Technology often outpaces our ability as a society to come up with accepted norms of how it can be used. This no doubt has rung true for autonomous vehicles.
While Google has been logging miles in its own autonomous vehicles for more than half a decade, the National Highway Traffic Safety Administration (NHTSA) just released its regulations for highly automated vehicles (HAVs) in September 2016.
Included in the document are issues of crash liability, regulatory language and how to approach distracted driving. It also lays out what responsibilities the states will have while outlining the role the U.S. Department of Transportation (U.S. DOT) and the rest of the federal government will play.
What has brought about considerable feedback was the provision for vehicle manufacturers to voluntarily submit a safety assessment letter to the U.S. DOT’s Office of the Chief Counsel for each HAV system. The policy lists 15 points that should be considered and "checked off" before any public implementation of the technology.
Federal Safety Self-Checklist
The policy is currently issued as guidance, and is “not intended for states to codify as legal requirements for the development, design, manufacture, testing and operation of automated vehicles.” During a public hearing on the policy on Nov. 10, representatives mostly from vehicle manufacturers voiced recommendations for the structure and content that should be required in the letter.
Overall three main recommendations surfaced:
Perhaps the greatest barrier to innovation is the unknown element of future regulations that could be imposed. Without knowing all of the rules in their final form, questions remain about how fast tests can be enacted and how long the application process would take. In many ways, companies are suppressed by the lack of regulations. Once guidelines are set, that allows for the real exploration and pushing the technology beyond current limits.
In the current draft of the letter, the policy states that each section be explained and signed off by an appropriate authority on the subject. This could lead to having 15 different people sign off the same document, which some argue is an unnecessary amount of regulatory hassle.
“We think the letter should be signed by one official who has authority over all of the areas rather than having separate signatures,” said Dan Smith from the Google Self-Driving Car Project, noting that by requiring only one signature, the process will move much more smoothly and allow the industry to grow unfettered.
The policy states that a data-recording and data-sharing policy should be worked out with relevant standards-creating bodies in order to hasten the process of deployment. This is because sharing data will help manufacturers understand mistakes made by other developers and reduce mistake duplication.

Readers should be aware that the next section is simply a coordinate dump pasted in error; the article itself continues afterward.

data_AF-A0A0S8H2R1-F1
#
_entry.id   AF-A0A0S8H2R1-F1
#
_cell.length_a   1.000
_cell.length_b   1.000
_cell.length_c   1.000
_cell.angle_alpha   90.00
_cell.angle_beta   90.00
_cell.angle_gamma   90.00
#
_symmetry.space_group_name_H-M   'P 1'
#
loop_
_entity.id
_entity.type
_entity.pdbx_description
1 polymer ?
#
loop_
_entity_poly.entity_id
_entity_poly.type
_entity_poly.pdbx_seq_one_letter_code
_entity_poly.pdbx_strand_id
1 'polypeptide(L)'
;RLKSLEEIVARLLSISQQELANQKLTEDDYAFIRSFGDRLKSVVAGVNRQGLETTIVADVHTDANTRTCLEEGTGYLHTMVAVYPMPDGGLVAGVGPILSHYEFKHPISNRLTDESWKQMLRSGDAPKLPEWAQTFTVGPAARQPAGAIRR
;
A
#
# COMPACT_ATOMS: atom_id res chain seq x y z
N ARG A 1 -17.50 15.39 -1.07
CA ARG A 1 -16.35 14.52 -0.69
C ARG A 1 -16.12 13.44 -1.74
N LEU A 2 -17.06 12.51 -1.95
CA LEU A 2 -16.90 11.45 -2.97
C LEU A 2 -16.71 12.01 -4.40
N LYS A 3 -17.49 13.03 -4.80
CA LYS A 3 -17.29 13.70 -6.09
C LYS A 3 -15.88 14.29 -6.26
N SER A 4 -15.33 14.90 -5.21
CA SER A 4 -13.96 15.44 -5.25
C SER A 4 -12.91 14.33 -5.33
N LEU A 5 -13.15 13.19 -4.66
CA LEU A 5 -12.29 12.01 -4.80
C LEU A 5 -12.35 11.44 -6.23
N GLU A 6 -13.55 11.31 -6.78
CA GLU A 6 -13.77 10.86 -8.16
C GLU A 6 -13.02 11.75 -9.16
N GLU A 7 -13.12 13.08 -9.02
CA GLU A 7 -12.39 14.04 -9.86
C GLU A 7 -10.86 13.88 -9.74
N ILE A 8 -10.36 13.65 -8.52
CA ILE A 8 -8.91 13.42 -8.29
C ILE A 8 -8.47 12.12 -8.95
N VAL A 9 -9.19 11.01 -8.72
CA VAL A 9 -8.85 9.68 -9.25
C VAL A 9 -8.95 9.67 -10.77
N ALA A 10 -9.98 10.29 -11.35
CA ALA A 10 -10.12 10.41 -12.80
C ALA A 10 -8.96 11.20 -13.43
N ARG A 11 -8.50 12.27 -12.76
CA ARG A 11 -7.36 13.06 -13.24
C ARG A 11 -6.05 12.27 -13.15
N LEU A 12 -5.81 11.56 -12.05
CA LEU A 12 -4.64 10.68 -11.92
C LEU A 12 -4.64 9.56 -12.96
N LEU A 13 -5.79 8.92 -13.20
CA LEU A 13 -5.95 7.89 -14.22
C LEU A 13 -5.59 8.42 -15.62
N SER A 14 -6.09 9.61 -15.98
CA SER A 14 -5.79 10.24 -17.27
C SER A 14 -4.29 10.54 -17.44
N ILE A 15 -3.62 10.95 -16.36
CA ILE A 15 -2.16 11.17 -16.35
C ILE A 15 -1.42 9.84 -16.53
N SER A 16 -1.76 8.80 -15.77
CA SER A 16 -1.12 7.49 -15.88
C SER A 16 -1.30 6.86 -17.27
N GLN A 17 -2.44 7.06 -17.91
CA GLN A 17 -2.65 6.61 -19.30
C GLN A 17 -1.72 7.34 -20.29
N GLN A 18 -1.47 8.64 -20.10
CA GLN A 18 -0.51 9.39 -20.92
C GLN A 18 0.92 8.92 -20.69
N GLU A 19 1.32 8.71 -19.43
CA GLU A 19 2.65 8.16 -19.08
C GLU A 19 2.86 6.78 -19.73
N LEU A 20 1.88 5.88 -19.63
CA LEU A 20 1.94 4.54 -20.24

“We would suggest that NHTSA creates a dedicated microsite [a separate site or area within your site with targeted content for a specific purpose] that allows sharing,” said Ford's Curt Magleby. “The site and exchange of information should be simple and straightforward.”
This comment was echoed by several attendees concerned over the loss of confidential business information and trade secrets.
The overall consensus voiced by the group was to make the safety assessment letter's regulations as simple as possible, while still ensuring safety standards. Trying to balance the line of pushing innovation while creating appropriate safety guidelines is every party’s goal.
Several representatives called for a one-page literal check sheet, while others requested the list have a brief explanation for each point. One popular suggestion was for a simple checklist to be submitted, and NHTSA could then request as much information as needed.
Another point vocalized by the group was to require a low threshold as to when a new letter would need to be issued. In the policy, manufacturers would be required, “to submit a new safety assessment letter to the agency when any significant update to a vehicle or HAV system is made.”
Representatives argued that nearly every time a vehicle is tested, some form of code is tweaked — and issuing a new letter after each tweak would be illogical.
“Only if an SAE level [of autonomous vehicle] is changed should manufacturers be required to send a new letter,” argued the Toyota Research Institute's Kevin Ro.
And for Google's Smith, “We think simplicity is key,” he said. “The basic point of the letter will be to contain enough sufficient information that the agency and any reader can be able to determine whether the processes are reasonably addressed in each area.”
Ryan McCauley was a staff writer for Government Technology magazine from October 2016 through July 2017, and previously served as the publication's editorial assistant.